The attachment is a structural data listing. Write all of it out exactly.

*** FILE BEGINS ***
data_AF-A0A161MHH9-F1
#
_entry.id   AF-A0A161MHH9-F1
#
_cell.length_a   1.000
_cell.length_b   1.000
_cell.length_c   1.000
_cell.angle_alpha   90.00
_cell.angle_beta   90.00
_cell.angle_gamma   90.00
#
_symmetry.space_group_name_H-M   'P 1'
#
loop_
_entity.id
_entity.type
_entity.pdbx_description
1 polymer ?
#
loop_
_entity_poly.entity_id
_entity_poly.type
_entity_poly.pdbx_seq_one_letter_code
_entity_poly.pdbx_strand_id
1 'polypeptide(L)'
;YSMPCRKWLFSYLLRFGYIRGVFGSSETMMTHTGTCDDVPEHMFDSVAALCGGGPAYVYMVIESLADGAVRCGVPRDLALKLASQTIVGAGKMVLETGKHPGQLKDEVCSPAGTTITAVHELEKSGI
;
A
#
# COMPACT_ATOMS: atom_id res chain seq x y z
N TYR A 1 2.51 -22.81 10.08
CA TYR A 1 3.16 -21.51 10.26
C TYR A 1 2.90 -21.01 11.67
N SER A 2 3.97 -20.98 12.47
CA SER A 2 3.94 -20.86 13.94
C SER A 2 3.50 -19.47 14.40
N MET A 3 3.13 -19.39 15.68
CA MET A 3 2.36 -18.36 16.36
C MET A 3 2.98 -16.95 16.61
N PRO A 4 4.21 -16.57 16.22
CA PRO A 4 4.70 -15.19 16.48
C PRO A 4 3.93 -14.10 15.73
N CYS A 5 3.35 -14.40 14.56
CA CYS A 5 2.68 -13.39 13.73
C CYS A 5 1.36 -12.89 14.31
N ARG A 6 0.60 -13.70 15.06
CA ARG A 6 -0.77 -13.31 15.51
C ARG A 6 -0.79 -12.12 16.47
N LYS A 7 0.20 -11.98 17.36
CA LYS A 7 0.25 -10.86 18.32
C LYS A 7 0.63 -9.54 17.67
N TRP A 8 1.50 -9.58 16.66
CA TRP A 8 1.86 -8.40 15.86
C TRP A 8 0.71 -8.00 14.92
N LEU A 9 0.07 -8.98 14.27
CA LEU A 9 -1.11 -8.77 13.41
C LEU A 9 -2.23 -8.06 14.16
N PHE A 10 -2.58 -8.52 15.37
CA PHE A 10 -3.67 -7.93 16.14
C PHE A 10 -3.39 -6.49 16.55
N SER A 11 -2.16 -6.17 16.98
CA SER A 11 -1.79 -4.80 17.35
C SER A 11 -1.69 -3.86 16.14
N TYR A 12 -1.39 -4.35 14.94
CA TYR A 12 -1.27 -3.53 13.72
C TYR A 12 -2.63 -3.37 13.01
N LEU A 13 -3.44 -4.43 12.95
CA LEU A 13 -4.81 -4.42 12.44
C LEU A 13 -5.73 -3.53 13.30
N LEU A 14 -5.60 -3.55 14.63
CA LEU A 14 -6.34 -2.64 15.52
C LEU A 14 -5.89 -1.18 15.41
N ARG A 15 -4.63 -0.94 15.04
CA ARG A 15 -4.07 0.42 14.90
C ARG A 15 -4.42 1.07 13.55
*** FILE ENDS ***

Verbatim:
data_AF-A0A161MHH9-F1
#
_entry.id   AF-A0A161MHH9-F1
#
_cell.length_a   1.000
_cell.length_b   1.000
_cell.length_c   1.000
_cell.angle_alpha   90.00
_cell.angle_beta   90.00
_cell.angle_gamma   90.00
#
_symmetry.space_group_name_H-M   'P 1'
#
loop_
_entity.id
_entity.type
_entity.pdbx_description
1 polymer ?
#
loop_
_entity_poly.entity_id
_entity_poly.type
_entity_poly.pdbx_seq_one_letter_code
_entity_poly.pdbx_strand_id
1 'polypeptide(L)'
;YSMPCRKWLFSYLLRFGYIRGVFGSSETMMTHTGTCDDVPEHMFDSVAALCGGGPAYVYMVIESLADGAVRCGVPRDLALKLASQTIVGAGKMVLETGKHPGQLKDEVCSPAGTTITAVHELEKSGI
;
A
#
# COMPACT_ATOMS: atom_id res chain seq x y z
N TYR A 1 2.51 -22.81 10.08
CA TYR A 1 3.16 -21.51 10.26
C TYR A 1 2.90 -21.01 11.67
N SER A 2 3.97 -20.98 12.47
CA SER A 2 3.94 -20.86 13.94
C SER A 2 3.50 -19.47 14.40
N MET A 3 3.13 -19.39 15.68
CA MET A 3 2.36 -18.36 16.36
C MET A 3 2.98 -16.95 16.61
N PRO A 4 4.21 -16.57 16.22
CA PRO A 4 4.70 -15.19 16.48
C PRO A 4 3.93 -14.10 15.73
N CYS A 5 3.35 -14.40 14.56
CA CYS A 5 2.68 -13.39 13.73
C CYS A 5 1.36 -12.89 14.31
N ARG A 6 0.60 -13.70 15.06
CA ARG A 6 -0.77 -13.31 15.51
C ARG A 6 -0.79 -12.12 16.47
N LYS A 7 0.20 -11.98 17.36
CA LYS A 7 0.25 -10.86 18.32
C LYS A 7 0.63 -9.54 17.67
N TRP A 8 1.50 -9.58 16.66
CA TRP A 8 1.86 -8.40 15.86
C TRP A 8 0.71 -8.00 14.92
N LEU A 9 0.07 -8.98 14.27
CA LEU A 9 -1.11 -8.77 13.41
C LEU A 9 -2.23 -8.06 14.16
N PHE A 10 -2.58 -8.52 15.37
CA PHE A 10 -3.67 -7.93 16.14
C PHE A 10 -3.39 -6.49 16.55
N SER A 11 -2.16 -6.17 16.98
CA SER A 11 -1.79 -4.80 17.35
C SER A 11 -1.69 -3.86 16.14
N TYR A 12 -1.39 -4.35 14.94
CA TYR A 12 -1.27 -3.53 13.72
C TYR A 12 -2.63 -3.37 13.01
N LEU A 13 -3.44 -4.43 12.95
CA LEU A 13 -4.81 -4.42 12.44
C LEU A 13 -5.73 -3.53 13.30
N LEU A 14 -5.60 -3.55 14.63
CA LEU A 14 -6.34 -2.64 15.52
C LEU A 14 -5.89 -1.18 15.41
N ARG A 15 -4.63 -0.94 15.04
CA ARG A 15 -4.07 0.42 14.90
C ARG A 15 -4.42 1.07 13.55